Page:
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Approach to survivors of epithelial ovarian, fallopian tubal, or peritoneal carcinoma

Linda R Duska, MD
Section Editors
Larissa Nekhlyudov, MD, MPH
Barbara Goff, MD
Don S Dizon, MD, FACP
Deputy Editors
Sadhna R Vora, MD
Sandy J Falk, MD, FACOG


Ovarian cancer is the second most common gynecologic malignancy and the most common cause of gynecologic cancer death in the United States. Epithelial ovarian carcinoma is the most common histologic type of ovarian cancer and is closely related to fallopian tubal and peritoneal carcinomas. These will be referred to as a single entity here, as epithelial ovarian carcinoma (EOC).

Five-year survival rates for stage III or IV EOC are <50 percent and <20 percent, respectively (table 1). However, in 2016 there were more than 230,000 EOC survivors in the United States and there are some long-term survivors of EOC [1].

Issues pertaining to survivorship in EOC are not well-studied. This may be due to the overall poor prognosis of women with ovarian cancer and smaller populations of affected individuals compared with patients with other cancers (eg, endometrial or breast cancer). Additionally, there are many studies of ovarian cancer survivors and their difficulties, but there are few data to guide management. Nevertheless, survivorship-related issues are important to address in this growing population of women.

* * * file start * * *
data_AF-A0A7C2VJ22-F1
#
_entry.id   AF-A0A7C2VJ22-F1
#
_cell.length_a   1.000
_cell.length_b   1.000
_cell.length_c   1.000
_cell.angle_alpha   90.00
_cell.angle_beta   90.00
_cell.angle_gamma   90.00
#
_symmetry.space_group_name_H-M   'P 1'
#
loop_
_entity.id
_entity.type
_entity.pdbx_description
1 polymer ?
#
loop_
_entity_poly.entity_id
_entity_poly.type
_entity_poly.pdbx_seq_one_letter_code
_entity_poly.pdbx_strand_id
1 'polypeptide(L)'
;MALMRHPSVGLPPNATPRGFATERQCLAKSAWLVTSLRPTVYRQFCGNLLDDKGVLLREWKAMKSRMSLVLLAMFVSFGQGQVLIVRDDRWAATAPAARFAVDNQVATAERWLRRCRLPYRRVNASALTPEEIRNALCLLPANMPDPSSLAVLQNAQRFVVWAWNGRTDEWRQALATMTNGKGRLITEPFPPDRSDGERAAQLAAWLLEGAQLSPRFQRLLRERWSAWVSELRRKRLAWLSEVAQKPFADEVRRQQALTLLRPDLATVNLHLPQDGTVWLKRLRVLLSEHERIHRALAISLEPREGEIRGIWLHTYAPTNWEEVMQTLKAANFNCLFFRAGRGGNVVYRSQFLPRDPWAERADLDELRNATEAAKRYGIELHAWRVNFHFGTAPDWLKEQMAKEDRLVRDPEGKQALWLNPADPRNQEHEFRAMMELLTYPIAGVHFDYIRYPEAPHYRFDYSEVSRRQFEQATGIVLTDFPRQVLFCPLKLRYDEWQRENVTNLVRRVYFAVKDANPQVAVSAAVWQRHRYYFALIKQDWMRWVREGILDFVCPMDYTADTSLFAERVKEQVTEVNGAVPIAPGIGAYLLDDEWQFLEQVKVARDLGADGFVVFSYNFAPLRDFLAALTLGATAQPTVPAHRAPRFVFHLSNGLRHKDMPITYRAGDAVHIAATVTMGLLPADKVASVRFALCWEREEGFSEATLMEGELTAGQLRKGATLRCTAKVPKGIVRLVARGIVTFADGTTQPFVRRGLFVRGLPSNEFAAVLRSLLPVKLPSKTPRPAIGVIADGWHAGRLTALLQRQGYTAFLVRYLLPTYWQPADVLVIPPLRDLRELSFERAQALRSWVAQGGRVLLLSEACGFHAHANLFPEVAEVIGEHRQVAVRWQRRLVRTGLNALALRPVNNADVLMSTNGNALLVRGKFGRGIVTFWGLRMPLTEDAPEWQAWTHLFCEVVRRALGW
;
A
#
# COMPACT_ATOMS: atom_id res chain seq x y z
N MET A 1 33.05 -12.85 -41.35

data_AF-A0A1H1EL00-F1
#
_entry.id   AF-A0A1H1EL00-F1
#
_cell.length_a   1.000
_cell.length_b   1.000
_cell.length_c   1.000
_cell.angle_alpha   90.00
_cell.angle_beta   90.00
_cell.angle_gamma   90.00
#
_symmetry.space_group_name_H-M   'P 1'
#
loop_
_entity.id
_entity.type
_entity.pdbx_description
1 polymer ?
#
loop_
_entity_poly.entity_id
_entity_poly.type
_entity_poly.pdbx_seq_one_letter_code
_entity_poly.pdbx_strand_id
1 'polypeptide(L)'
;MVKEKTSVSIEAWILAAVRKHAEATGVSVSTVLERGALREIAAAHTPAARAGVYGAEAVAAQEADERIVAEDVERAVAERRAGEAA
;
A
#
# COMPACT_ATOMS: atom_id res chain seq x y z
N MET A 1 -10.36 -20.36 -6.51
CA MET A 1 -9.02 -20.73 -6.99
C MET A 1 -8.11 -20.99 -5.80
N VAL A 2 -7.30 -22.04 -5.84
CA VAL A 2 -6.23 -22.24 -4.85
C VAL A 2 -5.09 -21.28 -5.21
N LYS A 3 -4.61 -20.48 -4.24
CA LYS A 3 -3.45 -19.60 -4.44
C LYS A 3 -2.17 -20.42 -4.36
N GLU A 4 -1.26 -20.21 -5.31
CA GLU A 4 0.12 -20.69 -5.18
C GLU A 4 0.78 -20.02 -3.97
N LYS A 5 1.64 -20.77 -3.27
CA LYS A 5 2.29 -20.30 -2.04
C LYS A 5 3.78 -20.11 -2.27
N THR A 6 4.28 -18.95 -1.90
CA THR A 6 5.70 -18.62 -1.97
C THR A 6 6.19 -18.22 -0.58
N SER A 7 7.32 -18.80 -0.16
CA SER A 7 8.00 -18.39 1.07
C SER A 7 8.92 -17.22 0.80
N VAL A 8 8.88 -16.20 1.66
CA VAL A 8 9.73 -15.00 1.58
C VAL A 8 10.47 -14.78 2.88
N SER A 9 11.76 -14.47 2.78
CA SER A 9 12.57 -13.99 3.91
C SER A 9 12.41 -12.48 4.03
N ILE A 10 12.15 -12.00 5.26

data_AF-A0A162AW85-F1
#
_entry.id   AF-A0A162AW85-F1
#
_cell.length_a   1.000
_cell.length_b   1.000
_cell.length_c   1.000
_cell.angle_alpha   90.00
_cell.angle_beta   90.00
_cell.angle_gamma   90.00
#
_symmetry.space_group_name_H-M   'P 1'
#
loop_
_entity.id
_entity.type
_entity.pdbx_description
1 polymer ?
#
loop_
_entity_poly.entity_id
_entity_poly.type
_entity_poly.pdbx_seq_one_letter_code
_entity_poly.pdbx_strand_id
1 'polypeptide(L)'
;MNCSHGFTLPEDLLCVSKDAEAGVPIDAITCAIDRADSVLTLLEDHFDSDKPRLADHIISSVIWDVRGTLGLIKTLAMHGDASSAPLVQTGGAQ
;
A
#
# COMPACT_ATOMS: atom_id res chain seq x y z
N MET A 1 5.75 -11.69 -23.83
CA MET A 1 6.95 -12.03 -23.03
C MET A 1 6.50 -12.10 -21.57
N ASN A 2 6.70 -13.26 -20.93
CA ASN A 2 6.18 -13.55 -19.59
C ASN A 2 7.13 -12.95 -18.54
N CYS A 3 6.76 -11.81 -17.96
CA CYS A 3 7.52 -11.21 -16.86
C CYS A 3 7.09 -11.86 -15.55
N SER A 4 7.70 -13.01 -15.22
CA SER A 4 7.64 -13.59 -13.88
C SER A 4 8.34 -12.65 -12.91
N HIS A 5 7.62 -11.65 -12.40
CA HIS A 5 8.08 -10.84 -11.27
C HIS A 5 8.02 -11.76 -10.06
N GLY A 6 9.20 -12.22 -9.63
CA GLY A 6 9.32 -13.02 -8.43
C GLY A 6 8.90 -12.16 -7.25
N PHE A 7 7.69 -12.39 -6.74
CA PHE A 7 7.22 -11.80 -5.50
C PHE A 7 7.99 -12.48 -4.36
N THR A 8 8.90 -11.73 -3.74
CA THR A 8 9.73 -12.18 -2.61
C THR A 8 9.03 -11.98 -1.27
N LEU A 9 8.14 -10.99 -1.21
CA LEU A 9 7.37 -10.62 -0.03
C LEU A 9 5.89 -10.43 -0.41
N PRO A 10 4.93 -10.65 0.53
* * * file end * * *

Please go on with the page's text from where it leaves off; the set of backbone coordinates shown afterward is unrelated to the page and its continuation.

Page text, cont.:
The approach to survivors of EOC will be reviewed here. Related topics are discussed in detail separately, including:

Overview, diagnosis, and treatment:

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Literature review current through: Sep 2017. | This topic last updated: Aug 21, 2017.
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